Plaintiff [Seller] next asserts several principles of commercial law in support of its claim that it is entitled to the full amount of the invoices. First, plaintiff [Seller] suggests that defendant [Buyer] was required under UCC 2-513 to inspect the goods at its warehouse in Queens County. The buyer's right of inspection may be exercised at any reasonable time or place and in any reasonable manner (UCC 2-513 Official Comment 3….) Particularly relevant in determining the reasonableness of the time, place or manner of the inspection are trade customs and the past practices between the parties…. Here, the evidence is clear that throughout their business association, plaintiff [Seller] knew that defendant [Buyer's] Queens County warehouse was only a temporary receiving point and that defendant transshipped the goods to their main destination in Manila.
Plaintiff [Seller] in fact, actually packaged the goods for immediate export. The Queens County warehouse did not have appropriate inspection facilities. Further, it was not the practice of the industry to open the cartons and inspect the thousands of leather palms in advance of the time they were to actually be used. Hence, we concur with [the lower court's] conclusion that Manila was a reasonable place for inspection of the goods.
Next, plaintiff [Seller] urges that it did not receive adequate notification of rejection from defendant [Buyer] (UCC 2-602 ) and, thus, defendant [Buyer] is deemed to have accepted the goods (UCC 2-606[b] ). At trial, however, a series of letters from defendant [Buyer] indicating that the leather palms were defective were put into evidence. It is reasonable to infer that the letters constituted notice to plaintiff [Seller] that there was a continuing problem with nonconforming goods.
Plaintiff [Seller] further asserts that defendant [Buyer's] rejection was not timely. However, in light of the fact that rejection occurred within one month after receipt of the goods and was done in compliance with the reasonable practices of the industry, we conclude that [the lower court] correctly found defendant [Buyer's] inspection and rejection to be timely.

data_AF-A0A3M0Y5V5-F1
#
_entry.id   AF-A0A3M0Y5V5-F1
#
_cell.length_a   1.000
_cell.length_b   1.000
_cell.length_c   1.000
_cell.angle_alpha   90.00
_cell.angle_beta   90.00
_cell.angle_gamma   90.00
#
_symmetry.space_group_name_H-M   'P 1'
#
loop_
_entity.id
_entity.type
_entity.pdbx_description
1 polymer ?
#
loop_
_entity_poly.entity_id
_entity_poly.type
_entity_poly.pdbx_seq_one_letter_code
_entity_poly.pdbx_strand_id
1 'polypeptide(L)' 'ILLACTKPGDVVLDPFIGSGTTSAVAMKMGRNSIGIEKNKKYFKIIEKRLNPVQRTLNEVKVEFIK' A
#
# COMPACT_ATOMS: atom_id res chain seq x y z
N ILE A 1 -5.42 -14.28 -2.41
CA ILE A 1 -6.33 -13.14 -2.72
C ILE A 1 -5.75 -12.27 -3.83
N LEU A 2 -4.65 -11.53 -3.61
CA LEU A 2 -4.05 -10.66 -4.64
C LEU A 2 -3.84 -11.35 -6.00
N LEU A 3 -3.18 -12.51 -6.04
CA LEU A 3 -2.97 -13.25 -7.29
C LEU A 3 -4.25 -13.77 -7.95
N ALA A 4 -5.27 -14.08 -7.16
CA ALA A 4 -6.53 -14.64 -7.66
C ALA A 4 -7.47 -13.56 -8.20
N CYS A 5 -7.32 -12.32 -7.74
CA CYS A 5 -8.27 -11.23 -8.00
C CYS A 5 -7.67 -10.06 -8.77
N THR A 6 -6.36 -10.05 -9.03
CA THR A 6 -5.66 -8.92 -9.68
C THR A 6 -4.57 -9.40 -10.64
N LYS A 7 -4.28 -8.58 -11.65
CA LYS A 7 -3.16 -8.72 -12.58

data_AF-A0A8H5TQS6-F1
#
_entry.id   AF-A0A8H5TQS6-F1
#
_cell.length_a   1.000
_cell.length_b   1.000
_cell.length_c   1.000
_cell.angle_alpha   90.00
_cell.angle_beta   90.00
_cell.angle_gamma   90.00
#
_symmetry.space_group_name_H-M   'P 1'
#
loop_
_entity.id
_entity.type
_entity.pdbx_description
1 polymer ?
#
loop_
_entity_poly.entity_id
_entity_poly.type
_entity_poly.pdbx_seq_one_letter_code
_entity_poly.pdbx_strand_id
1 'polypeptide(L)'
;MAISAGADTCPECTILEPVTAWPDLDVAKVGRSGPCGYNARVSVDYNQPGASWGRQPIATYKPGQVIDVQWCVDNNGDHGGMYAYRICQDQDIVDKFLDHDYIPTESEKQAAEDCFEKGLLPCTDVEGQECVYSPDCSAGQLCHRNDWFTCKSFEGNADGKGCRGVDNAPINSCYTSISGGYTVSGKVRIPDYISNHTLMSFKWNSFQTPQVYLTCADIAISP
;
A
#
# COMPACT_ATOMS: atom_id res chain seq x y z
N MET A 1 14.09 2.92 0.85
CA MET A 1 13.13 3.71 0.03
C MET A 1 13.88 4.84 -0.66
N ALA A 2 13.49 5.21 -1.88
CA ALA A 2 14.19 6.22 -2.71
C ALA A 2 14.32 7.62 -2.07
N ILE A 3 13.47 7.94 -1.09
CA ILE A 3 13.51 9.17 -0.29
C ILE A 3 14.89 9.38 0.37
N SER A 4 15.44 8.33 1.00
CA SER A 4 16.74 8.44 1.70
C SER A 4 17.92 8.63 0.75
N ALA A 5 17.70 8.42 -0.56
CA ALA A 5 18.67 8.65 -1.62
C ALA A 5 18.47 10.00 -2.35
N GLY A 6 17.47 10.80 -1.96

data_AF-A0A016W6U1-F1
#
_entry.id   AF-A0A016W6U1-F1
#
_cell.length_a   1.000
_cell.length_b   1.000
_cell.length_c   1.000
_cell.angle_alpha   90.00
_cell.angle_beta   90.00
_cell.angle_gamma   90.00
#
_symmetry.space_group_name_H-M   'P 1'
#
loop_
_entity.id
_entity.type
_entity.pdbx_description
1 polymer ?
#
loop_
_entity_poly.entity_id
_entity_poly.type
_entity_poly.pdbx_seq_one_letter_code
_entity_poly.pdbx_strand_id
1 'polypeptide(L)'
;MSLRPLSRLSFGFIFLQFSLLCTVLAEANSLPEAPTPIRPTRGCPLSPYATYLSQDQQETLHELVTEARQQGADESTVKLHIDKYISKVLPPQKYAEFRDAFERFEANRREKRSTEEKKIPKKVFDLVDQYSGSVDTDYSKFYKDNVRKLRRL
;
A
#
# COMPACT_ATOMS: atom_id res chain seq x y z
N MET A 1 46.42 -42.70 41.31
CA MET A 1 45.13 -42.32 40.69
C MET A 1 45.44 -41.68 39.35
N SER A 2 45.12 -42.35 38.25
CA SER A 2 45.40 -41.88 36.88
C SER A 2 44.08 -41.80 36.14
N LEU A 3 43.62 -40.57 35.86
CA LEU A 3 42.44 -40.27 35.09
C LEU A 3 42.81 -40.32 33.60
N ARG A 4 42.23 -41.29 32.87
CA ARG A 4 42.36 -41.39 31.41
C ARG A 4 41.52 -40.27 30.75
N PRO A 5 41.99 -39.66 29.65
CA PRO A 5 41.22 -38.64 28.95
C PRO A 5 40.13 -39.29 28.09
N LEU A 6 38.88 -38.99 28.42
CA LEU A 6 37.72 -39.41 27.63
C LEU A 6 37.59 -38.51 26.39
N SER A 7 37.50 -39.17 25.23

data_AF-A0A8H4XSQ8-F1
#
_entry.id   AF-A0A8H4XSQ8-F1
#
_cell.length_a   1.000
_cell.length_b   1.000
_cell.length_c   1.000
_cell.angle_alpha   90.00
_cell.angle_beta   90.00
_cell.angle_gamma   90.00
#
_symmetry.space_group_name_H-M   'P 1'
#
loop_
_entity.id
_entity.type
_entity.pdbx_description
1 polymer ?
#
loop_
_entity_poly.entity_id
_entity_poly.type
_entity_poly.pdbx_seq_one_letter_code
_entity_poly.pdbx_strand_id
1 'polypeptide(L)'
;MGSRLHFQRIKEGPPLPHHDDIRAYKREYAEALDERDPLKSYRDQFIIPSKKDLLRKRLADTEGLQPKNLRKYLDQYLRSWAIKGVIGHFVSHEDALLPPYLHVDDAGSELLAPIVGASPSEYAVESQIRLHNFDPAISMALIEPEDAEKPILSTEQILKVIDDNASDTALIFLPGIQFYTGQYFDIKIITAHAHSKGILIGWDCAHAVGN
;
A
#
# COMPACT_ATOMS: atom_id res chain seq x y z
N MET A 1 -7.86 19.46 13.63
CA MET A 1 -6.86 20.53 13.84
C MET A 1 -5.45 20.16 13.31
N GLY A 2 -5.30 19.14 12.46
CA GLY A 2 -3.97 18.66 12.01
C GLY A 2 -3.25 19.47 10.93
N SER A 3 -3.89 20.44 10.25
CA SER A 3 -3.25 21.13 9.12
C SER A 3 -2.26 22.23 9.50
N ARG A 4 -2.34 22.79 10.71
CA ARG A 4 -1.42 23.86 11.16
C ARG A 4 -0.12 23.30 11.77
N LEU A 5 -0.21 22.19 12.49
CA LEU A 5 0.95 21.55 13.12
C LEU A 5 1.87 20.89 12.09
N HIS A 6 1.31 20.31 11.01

Obviously, it is very helpful for you to be familiar with the requirements in UCC Article 2. When purchasing materials or equipment for a project, make sure your company "timely" inspects the items. If there are defects, notify the seller promptly with emails and a paper trail that will make any lawyer happy. If you order materials or equipment and cannot take delivery when anticipated, try to work out a reasonable extension with the seller for the storage and handling of the items. That way, you can avoid having to pay the seller as a result of the seller's "perfect tender" of the items purchased. Also, be mindful of the terms and conditions in the purchase order since those may detail time frames for inspection and rejection.
Opinions expressed in Expert Commentary articles are those of the author and are not necessarily held by the author's employer or IRMI.
Expert Commentary articles and other IRMI Online content do not purport to provide legal, accounting, or other professional advice or opinion.
If such advice is needed, consult with your attorney, accountant, or other qualified adviser.